Profound wisdom in Oral Tradition

Through all the many traditional stories I have read from around the world and the places they have taken me, I have developed a deep appreciation for ancient indigenous cultures and how their oral histories are interwoven with their landscapes, the creatures they co-habit with, their communities and the way the make meaning physically, mentally and spiritually in the world.

I am really looking forward to reading this new book by Lynn Kelly, "The Memory Code."

http://www.news.com.au/technology/science/archaeology/book-extract-has-australian-researcher-lynne-kelly-discovered-the-secret-to-stonehenge/news-story/9f8acc3c765b9e64151d3bc5bd5c4f0f

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Hooray for National Celtic Festival 2016!

Huge thanks to all the good folk who make the National Celtic Festival Australia Official happen every year – crew, volunteers, sponsors, artists, the good people of Portarlington – all lead by the visionary, hard-working, passionate Una McAlinden.

This year’s festival was just brilliant. Artists from all around the world brought their very best to enthusiastic crowds, who sang, listened, laughed, ate, drank, workshopped and danced their way through the weekend. The town – as always turned on the very warmest hospitality, opening its doors for the happy crowd who descended from all over. It was a celebration of Celtic culture, community, family, tradition and the power that music, song and story have to connect us all as a human family and transcend all divisions.

I was lucky to be treated to some of the fine work on offer, but this year I was so busy with my own gigs that I didn’t get to see as much as I would have liked. Despite this, I was delighted to meet many of the artists, make new friends and dream of new collaborations. Meeting fellow storyteller, Irish Joe Lynch, was definitely a highlight, as was being fortuitously billeted with the fabulous singer-songwriter, Teri Young. We had a sing over breakfast and she midwifed one of my half-baked songs into reality. We sang songs at the top of our voices all the way back up the highway to Melbourne in the car. I met the lovely Bernadette Morris, who has got me writing another song, about my ancestor, Kitty McCann, who comes from a place not far from the shores of Lough Neagh, where Bernadette lives. It turns out her own husband is a McCann. The joys of an international festival!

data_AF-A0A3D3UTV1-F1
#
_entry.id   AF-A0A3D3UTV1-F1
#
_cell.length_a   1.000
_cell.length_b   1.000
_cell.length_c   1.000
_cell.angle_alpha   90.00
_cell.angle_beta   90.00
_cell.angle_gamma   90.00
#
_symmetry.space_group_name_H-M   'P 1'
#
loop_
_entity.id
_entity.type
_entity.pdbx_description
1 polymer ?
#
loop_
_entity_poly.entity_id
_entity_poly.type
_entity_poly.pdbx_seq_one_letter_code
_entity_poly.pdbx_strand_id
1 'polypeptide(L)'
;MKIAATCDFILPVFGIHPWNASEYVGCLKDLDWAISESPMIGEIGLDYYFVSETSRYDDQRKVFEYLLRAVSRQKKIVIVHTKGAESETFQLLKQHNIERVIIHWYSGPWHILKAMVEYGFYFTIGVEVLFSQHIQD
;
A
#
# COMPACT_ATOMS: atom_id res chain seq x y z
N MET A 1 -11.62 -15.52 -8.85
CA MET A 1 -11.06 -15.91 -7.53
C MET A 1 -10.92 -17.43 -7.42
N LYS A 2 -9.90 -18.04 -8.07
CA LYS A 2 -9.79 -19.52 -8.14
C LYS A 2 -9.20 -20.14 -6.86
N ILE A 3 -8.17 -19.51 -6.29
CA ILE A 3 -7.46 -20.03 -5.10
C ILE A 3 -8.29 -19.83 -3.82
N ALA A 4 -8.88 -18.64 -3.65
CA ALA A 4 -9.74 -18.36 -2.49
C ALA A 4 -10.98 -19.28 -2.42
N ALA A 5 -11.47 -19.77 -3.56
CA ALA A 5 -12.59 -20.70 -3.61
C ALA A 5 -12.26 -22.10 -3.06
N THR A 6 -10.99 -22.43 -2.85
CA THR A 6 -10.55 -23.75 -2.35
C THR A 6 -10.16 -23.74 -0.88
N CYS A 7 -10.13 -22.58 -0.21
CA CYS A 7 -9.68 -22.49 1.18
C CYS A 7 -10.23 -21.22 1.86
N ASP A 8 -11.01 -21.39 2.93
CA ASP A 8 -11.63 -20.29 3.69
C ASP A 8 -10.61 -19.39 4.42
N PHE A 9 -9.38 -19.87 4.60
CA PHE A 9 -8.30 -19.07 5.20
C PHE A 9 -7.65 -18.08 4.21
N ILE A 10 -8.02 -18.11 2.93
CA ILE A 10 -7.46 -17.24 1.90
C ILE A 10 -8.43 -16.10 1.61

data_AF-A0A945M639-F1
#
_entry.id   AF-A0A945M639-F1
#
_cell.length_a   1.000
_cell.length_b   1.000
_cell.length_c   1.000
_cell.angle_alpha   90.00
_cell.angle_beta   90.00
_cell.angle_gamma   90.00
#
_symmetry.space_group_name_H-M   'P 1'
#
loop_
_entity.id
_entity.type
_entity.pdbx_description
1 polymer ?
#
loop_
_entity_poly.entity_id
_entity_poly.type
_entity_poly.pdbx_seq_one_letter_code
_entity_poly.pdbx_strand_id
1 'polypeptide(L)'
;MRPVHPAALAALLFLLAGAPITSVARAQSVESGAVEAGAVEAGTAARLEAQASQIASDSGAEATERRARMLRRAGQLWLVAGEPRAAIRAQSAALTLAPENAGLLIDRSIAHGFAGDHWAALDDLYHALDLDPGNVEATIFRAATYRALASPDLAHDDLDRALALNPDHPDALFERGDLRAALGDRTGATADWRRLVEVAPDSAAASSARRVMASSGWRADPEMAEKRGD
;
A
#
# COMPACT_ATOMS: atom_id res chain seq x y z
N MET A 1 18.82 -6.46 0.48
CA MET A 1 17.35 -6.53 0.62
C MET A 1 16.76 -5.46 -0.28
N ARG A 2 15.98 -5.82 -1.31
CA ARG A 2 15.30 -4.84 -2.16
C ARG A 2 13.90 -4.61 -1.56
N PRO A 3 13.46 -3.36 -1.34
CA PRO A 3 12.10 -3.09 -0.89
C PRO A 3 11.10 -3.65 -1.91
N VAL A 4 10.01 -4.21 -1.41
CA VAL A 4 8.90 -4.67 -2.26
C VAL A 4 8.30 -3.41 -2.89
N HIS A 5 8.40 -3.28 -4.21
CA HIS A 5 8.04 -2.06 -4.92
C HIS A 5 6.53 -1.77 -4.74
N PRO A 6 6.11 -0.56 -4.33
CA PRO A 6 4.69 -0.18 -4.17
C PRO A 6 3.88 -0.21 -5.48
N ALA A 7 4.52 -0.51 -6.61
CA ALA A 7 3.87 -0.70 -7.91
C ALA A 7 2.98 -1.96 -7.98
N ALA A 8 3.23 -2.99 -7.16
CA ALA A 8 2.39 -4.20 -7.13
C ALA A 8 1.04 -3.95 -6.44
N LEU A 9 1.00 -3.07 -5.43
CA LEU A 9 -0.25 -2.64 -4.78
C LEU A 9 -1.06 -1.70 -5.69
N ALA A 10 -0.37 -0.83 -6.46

A big thank you especially to Una, for giving me the opportunity to be the ‘woman of the house’ – the ‘bean an ti’ – for the inaugural festival Rambling House. Having experienced Irish rambling houses on my recent trip, I was keen to get one going at the festival and it was warmly received. Thanks to all who brought a story, a poem or a song to share, or spontaneously got caught in the spirit of the gathering and gave us one – especially Jim, Keith, Teri Young, Kathryn Clements and Eric Purdie. I hope the Rambling House becomes a regular event at this festival long into the future.

Thanks to Jim Lawson for your support and encouragement and congratulations on your ever expanding Theatre Program which adds such richness to the festival. It was great to be present at an open rehearsal of Michael Kenny’s new play “The Messenger”, directed by Philip Hardy, of Barnstorm Theatre, Kilkenny. Festival goers enthusiastically took up the opportunity to offer feedback and respond to this powerful new work, which will present a story of the 1916 Uprising for a young audience. They were treated to performances by top Melbourne actors Sarah Kinsella, Russell Fletcher, Christine Keogh, Ben Adams and Jim Lawson.

It was disappointing to be unwell on Sunday and feeling a little under-par for my telling of ‘Cuchulainn’s Boyhood Deeds’, which usually goes off like a cracker, but I was very grateful for the generous understanding of my audience and the care offered by Jane and Mary and the volunteers at St. Andrew’s Ambulance, which helped me through.

After a wobbly night of feeling unwell, I was afraid I might have to withdraw from performing my new work, winding together the story of Cuchulainn’s meeting with the Morrigan and ultimately, his tale of his death. But, the show must go on! It was great to do this story in a big performance space like the Wine Bar and to feel the whole marquis of listeners hush and lean in to the story. I was moved to tears afterward by a man who came and beat his chest in a gesture of respect and offered me his heartfelt thanks for my rendition. Irish born, Michael said my version rang true and commented on what a difficult legend it is to read, but what a joy it is to listen to. Another audience member told me it was “spellbinding” and sent shivers up her spine. She said she’d look for my name first on next year’s program and give it an asterisk. It was a high risk to offer a new work for the first time in this context, but the feedback tells me it was worth effort.

Sometimes ‘the magic’ happens when I am telling a story and it takes over and it feels like I am just a conduit, a watcher at the gate, seeing the story unfold itself, as much as any audience member. It doesn’t always happen, but on Monday it did. Perhaps it was because in my wobbly state I said to my ancestors, “If you want me to tell this story, you better give me a hand.” And so they did.

Heartiest congratulations to all involved in making the festival happen and deepest gratitude for the opportunity to breathe my breath into the words of my ancestors, among such fine and joyous company.